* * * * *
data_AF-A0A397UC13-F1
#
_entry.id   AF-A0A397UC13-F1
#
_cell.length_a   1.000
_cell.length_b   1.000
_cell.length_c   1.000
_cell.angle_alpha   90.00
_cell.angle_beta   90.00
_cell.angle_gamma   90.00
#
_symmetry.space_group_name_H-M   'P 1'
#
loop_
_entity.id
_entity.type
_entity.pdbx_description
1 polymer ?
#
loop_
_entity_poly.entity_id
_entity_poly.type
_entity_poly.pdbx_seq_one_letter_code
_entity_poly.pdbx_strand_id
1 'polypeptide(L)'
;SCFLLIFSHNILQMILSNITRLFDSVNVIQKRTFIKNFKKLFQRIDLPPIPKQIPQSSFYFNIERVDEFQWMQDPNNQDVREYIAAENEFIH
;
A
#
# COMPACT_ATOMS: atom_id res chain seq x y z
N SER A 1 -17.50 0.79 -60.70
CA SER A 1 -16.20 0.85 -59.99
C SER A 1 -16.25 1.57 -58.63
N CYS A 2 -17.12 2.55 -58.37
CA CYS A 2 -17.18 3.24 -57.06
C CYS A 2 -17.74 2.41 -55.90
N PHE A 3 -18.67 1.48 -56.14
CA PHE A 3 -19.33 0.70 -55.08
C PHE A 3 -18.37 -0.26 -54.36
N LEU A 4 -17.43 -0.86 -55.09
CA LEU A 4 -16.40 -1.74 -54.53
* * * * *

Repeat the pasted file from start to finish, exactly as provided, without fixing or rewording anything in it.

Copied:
data_AF-A0A397UC13-F1
#
_entry.id   AF-A0A397UC13-F1
#
_cell.length_a   1.000
_cell.length_b   1.000
_cell.length_c   1.000
_cell.angle_alpha   90.00
_cell.angle_beta   90.00
_cell.angle_gamma   90.00
#
_symmetry.space_group_name_H-M   'P 1'
#
loop_
_entity.id
_entity.type
_entity.pdbx_description
1 polymer ?
#
loop_
_entity_poly.entity_id
_entity_poly.type
_entity_poly.pdbx_seq_one_letter_code
_entity_poly.pdbx_strand_id
1 'polypeptide(L)'
;SCFLLIFSHNILQMILSNITRLFDSVNVIQKRTFIKNFKKLFQRIDLPPIPKQIPQSSFYFNIERVDEFQWMQDPNNQDVREYIAAENEFIH
;
A
#
# COMPACT_ATOMS: atom_id res chain seq x y z
N SER A 1 -17.50 0.79 -60.70
CA SER A 1 -16.20 0.85 -59.99
C SER A 1 -16.25 1.57 -58.63
N CYS A 2 -17.12 2.55 -58.37
CA CYS A 2 -17.18 3.24 -57.06
C CYS A 2 -17.74 2.41 -55.90
N PHE A 3 -18.67 1.48 -56.14
CA PHE A 3 -19.33 0.70 -55.08
C PHE A 3 -18.37 -0.26 -54.36
N LEU A 4 -17.43 -0.86 -55.09
CA LEU A 4 -16.40 -1.74 -54.53